Prescription Pill Abuse: An Epidemic
Leftovers are cleared out and we have started to switch gears as we head into the holiday season. As November comes to a close and December is at our doorstep, the next few weeks can be a wonderful, angst-ridden, fascinating time of year for many. It can also be off the charts for others where grief and sadness have the ability to kick you to the ground and do a number on your emotions. Unfortunately, the holidays also see an increase in dabbling, gravitating or indulging in substance abuse. It’s not a fun time of year for everyone. Prescription pill abuse, particularly pain pills, is an area of grave concern.
prescription pill abuse…
It’s uncomfortable. The reality is the vast majority of us either have a loved one or someone that we care for who struggles with some form of addiction. In recent years, the prevalence of dependence upon percocet and other forms of painkillers has exploded. It’s an epidemic. I believe many have subconsciously forged a disconnect between pills and the potential for addiction. This has young and old rationalizing use, because a pill appears less harmful than a dime bag of cocaine or heroine. Assuming this mentality is having serious repercussions for individuals and our society; percocet addiction can be swift and crippling.
What prescription pill addiction is and how to treat it…
They’re accessible and in every community. Accessibility is within a fingertip’s reach starting at home, in our doctor’s offices; and it is destroying families. I’ve had students share how family members were prescribed oxycontin or percodan for severe pain relief or surgery relief and then unintentionally became addicted. That can be as common as having your wisdom teeth removed, a sports injury, lower back pain, etc. Pain is uncomfortable and medicine can work wonders. But when dealing with an untamed beast such as oxycodone and other forms of percocets, it can be sneaky, and dependence can sweep in when least suspecting.
Pain medication can alleviate discomfort, resulting in making pain more manageable. However, the issue lies with genetics, addictive personalities, the dosage, frequency of intake and so on. We trust our physicians and that is a good thing, but we must advocate for both ourselves and our children. What are you taking? Is there a form of medication that is not as potent or less of a likelihood for addiction? If you are taking it, how often are you thinking about the medication? Is it becoming all-consuming? Advocate for you and your family, because if we let our guard down the potential for harm is great. It’s ok to ask questions to your family physician. It’s ok to have your family medications locked in a safe place. As a community, it is critical that we are proactive instead of reactive to a problem that is impacting an increasing number of individuals.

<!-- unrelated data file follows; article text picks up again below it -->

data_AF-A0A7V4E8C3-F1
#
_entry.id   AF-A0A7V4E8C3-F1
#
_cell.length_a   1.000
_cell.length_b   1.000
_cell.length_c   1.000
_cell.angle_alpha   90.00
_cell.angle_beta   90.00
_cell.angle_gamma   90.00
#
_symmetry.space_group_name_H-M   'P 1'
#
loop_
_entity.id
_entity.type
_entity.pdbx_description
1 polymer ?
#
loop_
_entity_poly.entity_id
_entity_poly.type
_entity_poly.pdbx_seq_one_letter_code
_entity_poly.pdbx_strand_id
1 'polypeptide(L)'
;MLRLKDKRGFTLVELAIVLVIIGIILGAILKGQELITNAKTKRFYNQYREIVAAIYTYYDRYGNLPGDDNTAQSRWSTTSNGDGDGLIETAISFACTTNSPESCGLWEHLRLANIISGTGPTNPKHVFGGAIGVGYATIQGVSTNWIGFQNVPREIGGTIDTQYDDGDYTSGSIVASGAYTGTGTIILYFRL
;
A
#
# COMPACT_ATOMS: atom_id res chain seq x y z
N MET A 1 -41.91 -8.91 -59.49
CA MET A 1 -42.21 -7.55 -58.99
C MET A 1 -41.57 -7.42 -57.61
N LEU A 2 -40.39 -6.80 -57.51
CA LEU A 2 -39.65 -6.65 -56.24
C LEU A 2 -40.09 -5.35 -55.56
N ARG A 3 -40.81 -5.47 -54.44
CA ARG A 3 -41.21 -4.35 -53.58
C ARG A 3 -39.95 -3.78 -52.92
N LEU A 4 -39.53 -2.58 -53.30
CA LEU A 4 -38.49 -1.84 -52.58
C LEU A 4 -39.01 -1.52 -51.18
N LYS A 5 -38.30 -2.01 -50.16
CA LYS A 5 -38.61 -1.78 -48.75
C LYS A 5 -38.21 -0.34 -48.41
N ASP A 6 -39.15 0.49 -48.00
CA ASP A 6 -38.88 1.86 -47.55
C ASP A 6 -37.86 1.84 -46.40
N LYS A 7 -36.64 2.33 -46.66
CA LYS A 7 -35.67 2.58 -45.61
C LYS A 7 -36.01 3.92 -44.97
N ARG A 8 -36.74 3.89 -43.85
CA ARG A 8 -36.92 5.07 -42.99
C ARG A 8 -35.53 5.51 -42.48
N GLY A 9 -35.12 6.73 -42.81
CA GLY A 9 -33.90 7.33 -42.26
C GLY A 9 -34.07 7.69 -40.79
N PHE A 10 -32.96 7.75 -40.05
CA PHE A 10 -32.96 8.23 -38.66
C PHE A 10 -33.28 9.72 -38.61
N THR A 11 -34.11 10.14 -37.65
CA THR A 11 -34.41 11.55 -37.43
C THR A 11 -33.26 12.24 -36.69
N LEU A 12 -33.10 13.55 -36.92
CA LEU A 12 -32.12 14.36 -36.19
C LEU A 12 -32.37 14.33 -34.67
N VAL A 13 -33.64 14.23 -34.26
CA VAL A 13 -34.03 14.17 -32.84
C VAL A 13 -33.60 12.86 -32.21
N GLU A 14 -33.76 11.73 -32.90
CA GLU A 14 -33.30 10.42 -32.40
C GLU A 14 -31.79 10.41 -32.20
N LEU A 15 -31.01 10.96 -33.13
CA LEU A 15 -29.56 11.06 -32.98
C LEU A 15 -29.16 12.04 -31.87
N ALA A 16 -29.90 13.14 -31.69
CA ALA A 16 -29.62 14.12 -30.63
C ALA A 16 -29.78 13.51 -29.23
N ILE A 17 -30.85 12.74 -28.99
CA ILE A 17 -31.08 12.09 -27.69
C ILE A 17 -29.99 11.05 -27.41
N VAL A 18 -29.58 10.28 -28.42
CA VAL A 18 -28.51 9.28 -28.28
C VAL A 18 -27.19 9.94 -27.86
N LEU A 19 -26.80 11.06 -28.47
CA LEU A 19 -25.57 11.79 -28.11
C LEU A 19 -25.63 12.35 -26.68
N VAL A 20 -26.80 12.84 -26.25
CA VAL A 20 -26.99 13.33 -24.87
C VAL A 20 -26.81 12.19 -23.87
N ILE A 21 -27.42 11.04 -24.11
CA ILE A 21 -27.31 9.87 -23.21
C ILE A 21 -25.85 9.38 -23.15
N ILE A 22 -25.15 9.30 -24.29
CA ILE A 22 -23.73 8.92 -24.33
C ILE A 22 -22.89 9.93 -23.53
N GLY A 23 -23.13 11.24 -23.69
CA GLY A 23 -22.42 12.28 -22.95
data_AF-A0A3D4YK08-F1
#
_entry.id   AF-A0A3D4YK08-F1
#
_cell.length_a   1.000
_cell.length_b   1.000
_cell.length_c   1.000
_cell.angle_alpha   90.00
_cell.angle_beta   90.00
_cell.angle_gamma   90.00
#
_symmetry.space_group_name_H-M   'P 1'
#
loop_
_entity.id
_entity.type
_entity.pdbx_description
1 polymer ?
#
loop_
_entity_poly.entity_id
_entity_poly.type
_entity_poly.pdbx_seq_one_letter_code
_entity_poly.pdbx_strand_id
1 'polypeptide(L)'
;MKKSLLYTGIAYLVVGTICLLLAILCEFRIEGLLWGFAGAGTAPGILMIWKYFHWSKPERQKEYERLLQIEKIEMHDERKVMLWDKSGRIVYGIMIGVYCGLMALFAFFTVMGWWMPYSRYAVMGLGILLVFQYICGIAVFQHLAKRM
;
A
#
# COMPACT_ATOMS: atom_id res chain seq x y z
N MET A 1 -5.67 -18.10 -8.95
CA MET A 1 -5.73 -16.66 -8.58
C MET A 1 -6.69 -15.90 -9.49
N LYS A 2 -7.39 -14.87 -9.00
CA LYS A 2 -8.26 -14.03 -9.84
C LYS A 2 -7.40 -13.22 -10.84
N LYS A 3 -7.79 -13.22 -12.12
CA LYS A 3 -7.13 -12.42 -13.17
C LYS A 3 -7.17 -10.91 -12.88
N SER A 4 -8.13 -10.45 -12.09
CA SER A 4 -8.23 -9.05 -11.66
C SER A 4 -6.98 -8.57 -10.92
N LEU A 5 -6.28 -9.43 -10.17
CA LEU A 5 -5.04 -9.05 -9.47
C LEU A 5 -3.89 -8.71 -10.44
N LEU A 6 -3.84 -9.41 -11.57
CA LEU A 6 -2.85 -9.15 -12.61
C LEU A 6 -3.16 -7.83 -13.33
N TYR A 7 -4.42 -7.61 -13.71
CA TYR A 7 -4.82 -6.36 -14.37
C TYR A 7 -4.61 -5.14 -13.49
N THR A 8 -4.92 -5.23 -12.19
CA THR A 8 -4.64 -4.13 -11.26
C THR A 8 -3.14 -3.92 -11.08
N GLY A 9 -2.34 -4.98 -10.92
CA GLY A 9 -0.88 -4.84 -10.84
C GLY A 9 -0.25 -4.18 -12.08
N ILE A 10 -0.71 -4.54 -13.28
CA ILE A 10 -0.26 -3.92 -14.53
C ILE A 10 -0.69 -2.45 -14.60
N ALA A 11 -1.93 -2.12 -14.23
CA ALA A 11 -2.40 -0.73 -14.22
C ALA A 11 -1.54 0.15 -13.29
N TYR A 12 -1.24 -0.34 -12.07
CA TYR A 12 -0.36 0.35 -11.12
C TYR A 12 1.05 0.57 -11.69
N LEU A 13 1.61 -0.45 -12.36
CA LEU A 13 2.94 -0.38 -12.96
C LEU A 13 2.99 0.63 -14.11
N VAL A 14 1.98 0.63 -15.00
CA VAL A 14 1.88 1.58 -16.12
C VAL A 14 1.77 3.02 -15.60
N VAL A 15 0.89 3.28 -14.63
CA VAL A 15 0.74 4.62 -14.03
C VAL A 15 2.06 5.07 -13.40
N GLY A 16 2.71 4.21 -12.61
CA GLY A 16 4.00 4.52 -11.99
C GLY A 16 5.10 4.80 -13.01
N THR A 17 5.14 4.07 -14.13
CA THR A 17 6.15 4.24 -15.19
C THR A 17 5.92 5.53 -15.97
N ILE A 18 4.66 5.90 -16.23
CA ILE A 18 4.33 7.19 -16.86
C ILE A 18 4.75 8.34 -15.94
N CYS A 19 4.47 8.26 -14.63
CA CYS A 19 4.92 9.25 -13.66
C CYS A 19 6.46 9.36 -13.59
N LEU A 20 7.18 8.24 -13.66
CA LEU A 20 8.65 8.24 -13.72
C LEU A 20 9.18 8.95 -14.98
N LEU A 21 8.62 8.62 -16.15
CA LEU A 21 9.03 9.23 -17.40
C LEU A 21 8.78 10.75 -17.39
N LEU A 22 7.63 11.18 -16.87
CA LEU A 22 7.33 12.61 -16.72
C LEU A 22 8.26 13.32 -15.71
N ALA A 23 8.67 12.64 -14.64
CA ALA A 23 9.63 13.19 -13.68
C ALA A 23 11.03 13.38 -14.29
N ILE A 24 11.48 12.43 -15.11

Here are a few ways to be proactive against misuse of prescription meds:
Keep current medications in a safe, secure place.
Discard medications no longer being used at your local drop off site (such as your local police barracks)
Dialogue with your kids about pills. Do they know what they are? What they do? Be aware of what they know and don’t know.
Hop on google, webmd, or drugfree.org and educate yourself on different types of prescription pills, what they look like and what they do. Focus on percocets, anti-anxiety and depression meds since these are most prevalently abused.
Speak with your family physician about the potency of what you or your child is taking. Do they counteract with other medicines? Maybe there are there less potent forms of the medicines being prescribed that are still effective? Be aware of the duration of time the meds are being prescribed for. Ask any questions you may have, there is power in knowledge.
There really is power in knowing, learning and asking questions. If you have someone you are concerned about, there’s nothing wrong with encouraging them to get help. Support comes in a thousand forms because we are not meant to face these challenges alone. Nothing good can from remaining silent and ambivalent about an issue that has the ability to snuff out someone we love both emotionally and physically. It’s scary to think of everything that is out there. But the more we know the better chance we have of preventing and deterring this from arriving on our own doorstep.
Peace, love and goodness!